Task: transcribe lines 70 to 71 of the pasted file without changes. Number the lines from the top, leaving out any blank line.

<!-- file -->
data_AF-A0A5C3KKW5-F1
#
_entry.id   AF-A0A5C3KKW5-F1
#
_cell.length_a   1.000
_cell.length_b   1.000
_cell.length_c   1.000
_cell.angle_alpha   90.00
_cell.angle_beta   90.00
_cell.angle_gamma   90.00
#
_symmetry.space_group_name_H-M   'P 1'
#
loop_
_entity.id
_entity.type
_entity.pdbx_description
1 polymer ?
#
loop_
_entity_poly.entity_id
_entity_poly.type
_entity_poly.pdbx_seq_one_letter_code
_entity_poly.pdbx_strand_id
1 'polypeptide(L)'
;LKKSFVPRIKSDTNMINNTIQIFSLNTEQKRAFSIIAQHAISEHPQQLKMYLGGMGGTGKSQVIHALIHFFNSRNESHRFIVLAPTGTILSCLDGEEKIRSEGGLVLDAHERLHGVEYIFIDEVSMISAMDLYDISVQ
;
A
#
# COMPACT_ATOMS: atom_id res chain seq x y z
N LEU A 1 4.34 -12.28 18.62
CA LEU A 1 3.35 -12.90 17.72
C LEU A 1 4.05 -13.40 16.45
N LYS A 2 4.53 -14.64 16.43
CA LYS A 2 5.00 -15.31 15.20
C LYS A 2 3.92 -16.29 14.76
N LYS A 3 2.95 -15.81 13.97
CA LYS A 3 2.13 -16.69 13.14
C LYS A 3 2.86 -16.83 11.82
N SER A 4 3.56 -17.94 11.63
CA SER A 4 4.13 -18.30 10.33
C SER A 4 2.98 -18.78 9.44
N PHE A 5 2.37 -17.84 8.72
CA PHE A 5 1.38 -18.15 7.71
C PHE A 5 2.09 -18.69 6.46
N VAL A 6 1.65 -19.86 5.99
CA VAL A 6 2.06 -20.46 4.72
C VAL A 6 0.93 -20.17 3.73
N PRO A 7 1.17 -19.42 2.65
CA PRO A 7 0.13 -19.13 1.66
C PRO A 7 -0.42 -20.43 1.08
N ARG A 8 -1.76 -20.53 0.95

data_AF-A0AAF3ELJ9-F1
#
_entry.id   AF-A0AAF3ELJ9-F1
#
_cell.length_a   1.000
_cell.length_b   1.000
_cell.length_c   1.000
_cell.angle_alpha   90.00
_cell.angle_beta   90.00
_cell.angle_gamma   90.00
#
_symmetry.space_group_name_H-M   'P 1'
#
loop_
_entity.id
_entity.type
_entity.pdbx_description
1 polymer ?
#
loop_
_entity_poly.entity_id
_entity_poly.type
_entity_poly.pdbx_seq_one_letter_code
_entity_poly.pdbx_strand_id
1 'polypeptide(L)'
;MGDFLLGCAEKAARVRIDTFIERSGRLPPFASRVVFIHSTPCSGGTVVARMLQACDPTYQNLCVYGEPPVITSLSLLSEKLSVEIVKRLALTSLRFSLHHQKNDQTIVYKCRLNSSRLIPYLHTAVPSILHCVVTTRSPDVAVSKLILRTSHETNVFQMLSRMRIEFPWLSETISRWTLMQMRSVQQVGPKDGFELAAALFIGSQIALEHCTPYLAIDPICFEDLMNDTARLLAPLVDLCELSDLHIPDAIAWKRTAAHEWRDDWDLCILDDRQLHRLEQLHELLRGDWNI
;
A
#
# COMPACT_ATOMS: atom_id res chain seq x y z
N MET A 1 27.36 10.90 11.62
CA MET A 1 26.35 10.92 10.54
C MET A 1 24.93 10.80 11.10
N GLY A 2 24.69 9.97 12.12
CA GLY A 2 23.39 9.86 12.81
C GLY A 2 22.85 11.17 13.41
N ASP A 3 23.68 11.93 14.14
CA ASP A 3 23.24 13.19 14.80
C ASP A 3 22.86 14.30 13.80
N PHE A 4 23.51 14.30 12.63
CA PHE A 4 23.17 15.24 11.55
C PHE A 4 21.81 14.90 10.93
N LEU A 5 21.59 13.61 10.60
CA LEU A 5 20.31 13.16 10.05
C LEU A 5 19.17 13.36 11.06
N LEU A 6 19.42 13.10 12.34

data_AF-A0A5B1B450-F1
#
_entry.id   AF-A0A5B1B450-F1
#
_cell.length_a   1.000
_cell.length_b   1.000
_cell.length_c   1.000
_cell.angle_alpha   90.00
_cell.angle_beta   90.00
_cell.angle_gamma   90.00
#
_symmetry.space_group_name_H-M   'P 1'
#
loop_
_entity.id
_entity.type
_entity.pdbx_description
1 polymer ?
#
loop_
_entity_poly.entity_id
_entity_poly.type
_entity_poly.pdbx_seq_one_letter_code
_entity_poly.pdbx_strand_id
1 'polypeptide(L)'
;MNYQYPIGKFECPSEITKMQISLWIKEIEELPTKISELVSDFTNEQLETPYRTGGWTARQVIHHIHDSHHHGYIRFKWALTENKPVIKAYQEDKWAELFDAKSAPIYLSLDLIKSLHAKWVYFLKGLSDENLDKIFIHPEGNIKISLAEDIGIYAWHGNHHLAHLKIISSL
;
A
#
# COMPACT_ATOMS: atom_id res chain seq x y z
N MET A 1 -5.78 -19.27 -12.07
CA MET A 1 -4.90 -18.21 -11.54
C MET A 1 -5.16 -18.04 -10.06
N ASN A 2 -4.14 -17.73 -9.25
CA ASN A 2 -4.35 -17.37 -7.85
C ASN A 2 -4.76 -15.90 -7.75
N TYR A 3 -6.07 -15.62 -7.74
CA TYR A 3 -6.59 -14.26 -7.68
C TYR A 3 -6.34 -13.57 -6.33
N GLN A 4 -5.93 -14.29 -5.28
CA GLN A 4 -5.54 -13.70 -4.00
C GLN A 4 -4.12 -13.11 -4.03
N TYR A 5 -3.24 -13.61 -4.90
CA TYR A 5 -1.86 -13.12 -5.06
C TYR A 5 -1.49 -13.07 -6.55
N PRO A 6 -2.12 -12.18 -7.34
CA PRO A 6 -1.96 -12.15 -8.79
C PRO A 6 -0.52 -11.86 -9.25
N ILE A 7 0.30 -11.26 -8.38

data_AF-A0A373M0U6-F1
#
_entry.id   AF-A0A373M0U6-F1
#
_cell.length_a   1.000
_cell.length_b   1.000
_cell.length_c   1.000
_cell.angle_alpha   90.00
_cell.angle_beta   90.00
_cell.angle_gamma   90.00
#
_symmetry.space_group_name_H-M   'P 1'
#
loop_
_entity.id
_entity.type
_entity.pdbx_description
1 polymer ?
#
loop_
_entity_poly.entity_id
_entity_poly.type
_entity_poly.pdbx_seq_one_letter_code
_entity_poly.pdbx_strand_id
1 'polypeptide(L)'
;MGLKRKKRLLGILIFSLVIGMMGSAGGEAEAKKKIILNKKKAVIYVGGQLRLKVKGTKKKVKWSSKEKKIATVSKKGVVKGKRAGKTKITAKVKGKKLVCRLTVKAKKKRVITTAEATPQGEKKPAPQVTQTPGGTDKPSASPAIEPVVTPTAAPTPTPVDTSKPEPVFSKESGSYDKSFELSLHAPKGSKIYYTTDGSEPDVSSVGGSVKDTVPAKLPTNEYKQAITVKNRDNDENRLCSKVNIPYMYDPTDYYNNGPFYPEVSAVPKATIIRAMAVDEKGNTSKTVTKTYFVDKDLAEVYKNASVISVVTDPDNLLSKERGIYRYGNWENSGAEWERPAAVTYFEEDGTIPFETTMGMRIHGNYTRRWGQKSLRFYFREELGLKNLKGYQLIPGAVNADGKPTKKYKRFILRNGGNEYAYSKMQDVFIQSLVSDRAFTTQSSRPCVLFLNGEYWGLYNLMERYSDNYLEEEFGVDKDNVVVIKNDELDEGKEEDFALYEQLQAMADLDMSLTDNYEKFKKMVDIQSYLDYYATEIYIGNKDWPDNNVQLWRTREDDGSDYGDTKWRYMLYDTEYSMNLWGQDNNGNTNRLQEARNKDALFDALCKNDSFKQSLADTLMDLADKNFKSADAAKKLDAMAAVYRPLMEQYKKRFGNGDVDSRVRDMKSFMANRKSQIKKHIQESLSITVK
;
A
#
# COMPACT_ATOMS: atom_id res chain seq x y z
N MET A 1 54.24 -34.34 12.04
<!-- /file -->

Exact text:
1 polymer ?
#